• This may be an issue for quite a lot of students, so good point, and worth checking whether students are having issues

  • Yes, as you say, pros and cons. Building mind maps over a topic/year is also a very useful task, thanks for sharing your thoughts

  • Yes - perhaps collaboratively

  • You might find some ideas here on these topics http://assessment.aaas.org/topics/1/SC/100#/1

    As you explore the topics from this huge research project http://assessment.aaas.org/topics you can see what the common misconceptions are, and use the questions they used..

  • Let us know how it goes Ruth

  • Letters/postcards as a reward always seem to be motivating for students :-)

  • Yes - there's some useful videos in the Big Picture collection for post-16 biology https://www.stem.org.uk/big-picture/resource-collection

  • Its great to hear how your remote teaching strategies are developing into a style that work for you and your students as time goes on. This shouldn't be a surprise really, because this is exactly what happened when we first started as trainee teachers in the classroom and explored what worked (and what didn't) ......... I think this is the process that...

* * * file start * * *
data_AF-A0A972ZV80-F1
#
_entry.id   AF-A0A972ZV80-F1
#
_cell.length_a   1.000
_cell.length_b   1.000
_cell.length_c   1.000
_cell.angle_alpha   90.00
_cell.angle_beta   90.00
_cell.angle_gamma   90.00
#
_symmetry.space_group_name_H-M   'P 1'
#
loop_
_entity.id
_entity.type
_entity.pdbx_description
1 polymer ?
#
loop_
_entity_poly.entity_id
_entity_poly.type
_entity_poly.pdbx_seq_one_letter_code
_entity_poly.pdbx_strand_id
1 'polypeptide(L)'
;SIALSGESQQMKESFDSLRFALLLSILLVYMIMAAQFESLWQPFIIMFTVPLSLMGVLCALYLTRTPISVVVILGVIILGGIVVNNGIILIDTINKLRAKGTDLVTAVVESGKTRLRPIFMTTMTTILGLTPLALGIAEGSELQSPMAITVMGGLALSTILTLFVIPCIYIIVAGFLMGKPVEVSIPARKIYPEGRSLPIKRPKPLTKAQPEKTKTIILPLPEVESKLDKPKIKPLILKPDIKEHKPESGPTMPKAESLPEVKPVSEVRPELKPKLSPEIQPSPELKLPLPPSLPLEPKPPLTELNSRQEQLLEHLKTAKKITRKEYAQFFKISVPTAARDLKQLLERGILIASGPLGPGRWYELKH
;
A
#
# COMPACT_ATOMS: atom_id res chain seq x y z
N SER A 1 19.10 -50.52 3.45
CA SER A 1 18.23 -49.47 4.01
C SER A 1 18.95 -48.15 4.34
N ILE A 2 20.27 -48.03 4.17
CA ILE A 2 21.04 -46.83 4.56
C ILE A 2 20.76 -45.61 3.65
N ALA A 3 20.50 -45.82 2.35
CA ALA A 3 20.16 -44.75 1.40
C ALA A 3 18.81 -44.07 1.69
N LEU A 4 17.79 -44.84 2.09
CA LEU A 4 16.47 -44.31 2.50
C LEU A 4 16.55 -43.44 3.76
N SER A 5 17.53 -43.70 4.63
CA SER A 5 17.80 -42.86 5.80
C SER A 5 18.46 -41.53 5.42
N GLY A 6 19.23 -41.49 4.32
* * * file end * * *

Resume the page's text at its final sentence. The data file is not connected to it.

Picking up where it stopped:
• Yes its a really useful tool isn't it!

  • @PunitchhayaJaiswal Hi Punitchhaya, It is free to do this course, but the certificate is only available to those who upgrade https://www.futurelearn.com/courses/teaching-for-home-learning-primary-science/1/upgrade

  • @RebeccaPhillips Have you clicked on the upgrade to get the certificate?

  • Hi Robin, hopefully everything in this course can equally be used during 'normal' teaching, to improve engagement with homework for example.

  • What have you tried so far Clare?

  • Hi Juliah, you can drag the posts around - I think by doing it in Canvas mode.

  • I think that's a very valid point Richard. They can't learn if they are not getting involved or engaged - so its a hugely important first step.

  • Let us know how they respond Lynne :-)

  • Good point Juliah! Thinking about how difficult it is for us to write clear instructions just shows how difficult it must be for a child to articulate in writing what they are struggling with. This is particularly tricky with younger children. I think this is part of the consideration when thinking about what to use synchronous time for.